I had to watch myself on Skype last night, which was hard. The beard’s gotten so long it gets in the way of my food, I get moustache hairs in my meat which feels barbaric — and unemployed now for so long, I waver between thinking it’s been the most relaxing two months of my life or possibly I’m going mad, or maybe both: surrounded by so much ambiguity in where we’re going for 90 days over the winter when we have to leave the goddamned Schengen states, how we’re going to deliver a credible homeschooling curriculum to our two kids who are like really smart and cool and how that has its own challenges: wondering if my wife is sizing me up now as a project manager, as we get our kids out the door to some 9-5 camp at the FitKomm up the street and then sit in the homeschool room reiterating the curriculum with subtle power plays that feel like my last job, detailing the plan, building consensus: after all this and a long walk I ask my mom and Dawn if they want to go up the street for a beer and neither of them answers, they just keep reading the newspaper, so I say I’ll just get one out of the fridge, the fucking Kühlschrank, and sit outside: Dawn says why are you so angry (and puts the word in italics), mom waiting by her side for an answer from me, and later offers in private It’s a mid-life crisis, that’s what it is, and it’s real — or why, as a writer for The New Yorker recently suggests, us Americans are just wired this way, we don’t know how to relax, we can’t, we have to keep working: deep down inside we don’t want the free time we think we do, don’t know what to do with it, we’re lost to ourselves and don’t know how to live and no one’s really talking about it.
The kids come home tired from the FitKomm camp but thankfully met a South African girl who’s only eight and speaks four languages fluently including German and English, here with her kid sister, her South African dad and Ukrainian mom, seeking asylum because mom’s country is at war: compared to us Americans considering residency as a WTF, indulgent mid-life ‘figuring it all out’ manoeuvre — like, we just came here because we could, so why not? Why not hire lawyers, animal behaviourists, start a blog, homeschool? Go into depression over it, parlay it into some cottage industry. Figure out how to capitalise on some self-induced trauma and then complain about the success it brings, how it changed us.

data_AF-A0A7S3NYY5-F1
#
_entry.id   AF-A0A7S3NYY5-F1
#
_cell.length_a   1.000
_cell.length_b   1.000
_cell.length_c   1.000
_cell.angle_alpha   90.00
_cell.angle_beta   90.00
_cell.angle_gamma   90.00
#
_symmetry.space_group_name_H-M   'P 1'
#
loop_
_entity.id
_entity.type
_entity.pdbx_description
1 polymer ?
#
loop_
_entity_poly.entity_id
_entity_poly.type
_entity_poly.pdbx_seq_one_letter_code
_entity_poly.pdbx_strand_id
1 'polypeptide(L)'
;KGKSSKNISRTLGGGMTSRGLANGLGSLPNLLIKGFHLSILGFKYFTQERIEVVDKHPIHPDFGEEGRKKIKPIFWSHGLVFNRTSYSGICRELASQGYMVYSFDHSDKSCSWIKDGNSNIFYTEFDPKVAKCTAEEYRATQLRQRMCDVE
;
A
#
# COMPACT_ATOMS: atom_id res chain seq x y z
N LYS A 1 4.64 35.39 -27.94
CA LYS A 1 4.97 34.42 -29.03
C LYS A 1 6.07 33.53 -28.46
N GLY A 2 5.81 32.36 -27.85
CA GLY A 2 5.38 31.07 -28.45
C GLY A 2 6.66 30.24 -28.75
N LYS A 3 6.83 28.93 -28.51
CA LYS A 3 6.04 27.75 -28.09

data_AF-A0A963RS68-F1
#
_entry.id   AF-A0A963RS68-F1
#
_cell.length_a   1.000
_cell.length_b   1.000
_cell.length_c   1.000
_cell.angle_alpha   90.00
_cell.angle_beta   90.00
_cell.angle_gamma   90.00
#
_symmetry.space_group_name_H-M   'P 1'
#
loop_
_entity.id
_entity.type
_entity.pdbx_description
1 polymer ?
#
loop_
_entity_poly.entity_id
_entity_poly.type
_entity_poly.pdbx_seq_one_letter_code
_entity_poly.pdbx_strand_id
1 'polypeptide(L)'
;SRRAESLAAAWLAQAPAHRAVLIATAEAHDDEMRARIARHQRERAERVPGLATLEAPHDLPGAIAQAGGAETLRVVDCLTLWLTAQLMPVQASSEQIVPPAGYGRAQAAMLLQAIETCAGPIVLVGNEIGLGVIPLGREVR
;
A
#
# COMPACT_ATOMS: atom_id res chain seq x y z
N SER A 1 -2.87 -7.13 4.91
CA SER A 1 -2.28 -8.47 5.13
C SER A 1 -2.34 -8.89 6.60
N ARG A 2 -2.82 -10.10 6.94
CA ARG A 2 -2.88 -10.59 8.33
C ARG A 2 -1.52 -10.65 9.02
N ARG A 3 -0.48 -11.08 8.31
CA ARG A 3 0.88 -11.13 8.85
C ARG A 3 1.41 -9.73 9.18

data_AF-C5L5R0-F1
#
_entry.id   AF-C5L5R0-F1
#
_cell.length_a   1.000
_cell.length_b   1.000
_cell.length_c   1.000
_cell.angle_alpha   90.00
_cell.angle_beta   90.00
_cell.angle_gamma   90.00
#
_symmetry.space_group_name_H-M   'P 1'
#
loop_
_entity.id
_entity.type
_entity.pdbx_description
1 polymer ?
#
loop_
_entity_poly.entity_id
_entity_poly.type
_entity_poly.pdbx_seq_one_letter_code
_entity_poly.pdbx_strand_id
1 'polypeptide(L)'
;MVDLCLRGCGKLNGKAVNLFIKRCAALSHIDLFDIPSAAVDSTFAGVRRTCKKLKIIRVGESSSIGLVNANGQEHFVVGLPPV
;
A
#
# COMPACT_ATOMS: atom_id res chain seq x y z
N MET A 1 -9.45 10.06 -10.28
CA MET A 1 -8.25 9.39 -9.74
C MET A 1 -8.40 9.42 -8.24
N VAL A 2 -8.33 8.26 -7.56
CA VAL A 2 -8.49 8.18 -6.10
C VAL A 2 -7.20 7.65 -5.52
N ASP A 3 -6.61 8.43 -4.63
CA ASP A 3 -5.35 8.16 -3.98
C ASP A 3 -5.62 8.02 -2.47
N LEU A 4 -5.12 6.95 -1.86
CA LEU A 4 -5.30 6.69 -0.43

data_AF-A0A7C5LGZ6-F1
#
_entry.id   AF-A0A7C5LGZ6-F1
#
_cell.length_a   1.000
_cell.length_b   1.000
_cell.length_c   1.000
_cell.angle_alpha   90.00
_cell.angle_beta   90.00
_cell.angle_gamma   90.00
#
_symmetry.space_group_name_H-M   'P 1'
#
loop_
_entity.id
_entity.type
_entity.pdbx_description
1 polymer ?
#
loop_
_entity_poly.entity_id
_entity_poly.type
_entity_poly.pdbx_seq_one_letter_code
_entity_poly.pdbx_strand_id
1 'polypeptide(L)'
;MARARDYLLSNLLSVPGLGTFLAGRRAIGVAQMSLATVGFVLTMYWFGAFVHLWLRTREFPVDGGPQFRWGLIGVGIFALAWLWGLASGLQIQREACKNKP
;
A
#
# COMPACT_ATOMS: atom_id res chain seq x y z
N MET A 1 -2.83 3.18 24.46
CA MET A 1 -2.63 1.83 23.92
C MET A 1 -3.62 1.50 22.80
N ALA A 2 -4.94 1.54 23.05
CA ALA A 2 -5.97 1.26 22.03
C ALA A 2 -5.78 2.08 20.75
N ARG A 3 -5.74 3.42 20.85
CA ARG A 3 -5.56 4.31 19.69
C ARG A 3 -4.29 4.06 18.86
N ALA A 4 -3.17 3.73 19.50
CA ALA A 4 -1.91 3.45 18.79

Can’t keep up with the weekly bio vegetable deliveries to the Gemüse cellar, feels like The New Yorker or some ass who blogs every day, it carries a weight of expectation when it lands at your doorstep, and we get stressed out when the Gemüse goes off and starts to rot even though it’s not our responsibility really, and you can’t compost here, so we bag the rotten vegetables and they leak into the bottom of the trash that only gets taken once every three weeks so you better not forget to take it up the street — mom writes it on the calendar in cursive — and the dog gets sick because someone gave her rain water out of the barrel that might have dead worms in it — and those bites all over mom and the kids, probably fleas: have to cover the beer, the coffee, the juice with a coaster or the bees could get in there and sink to the bottom if you’re drinking outside, you’d never see them until they’re down your throat, stinging — and with all this I’ve stopped reading, broken my daily drink limit, and committed myself to thinking blogging is real and legitimate, a meta-life as real as real life and leading me somewhere, important. If you believe a writer lives in two different worlds, can you live in either, and both? And once you’ve chosen one have you compromised the other?
Ginger nearly got her ass kicked by a swan today who was fluffing itself up and about to take her eyes out, and Charlotte — when she runs up the road to the FitKomm camp — looks like a turtle, her rucksack so big, like she’s just learning to use her legs, how to balance herself with so much weight on her back, all the extra layers and shoes and water bottles she’ll need — all of it’s out of proportion to her body, but she’ll grow into it just like the rest of us.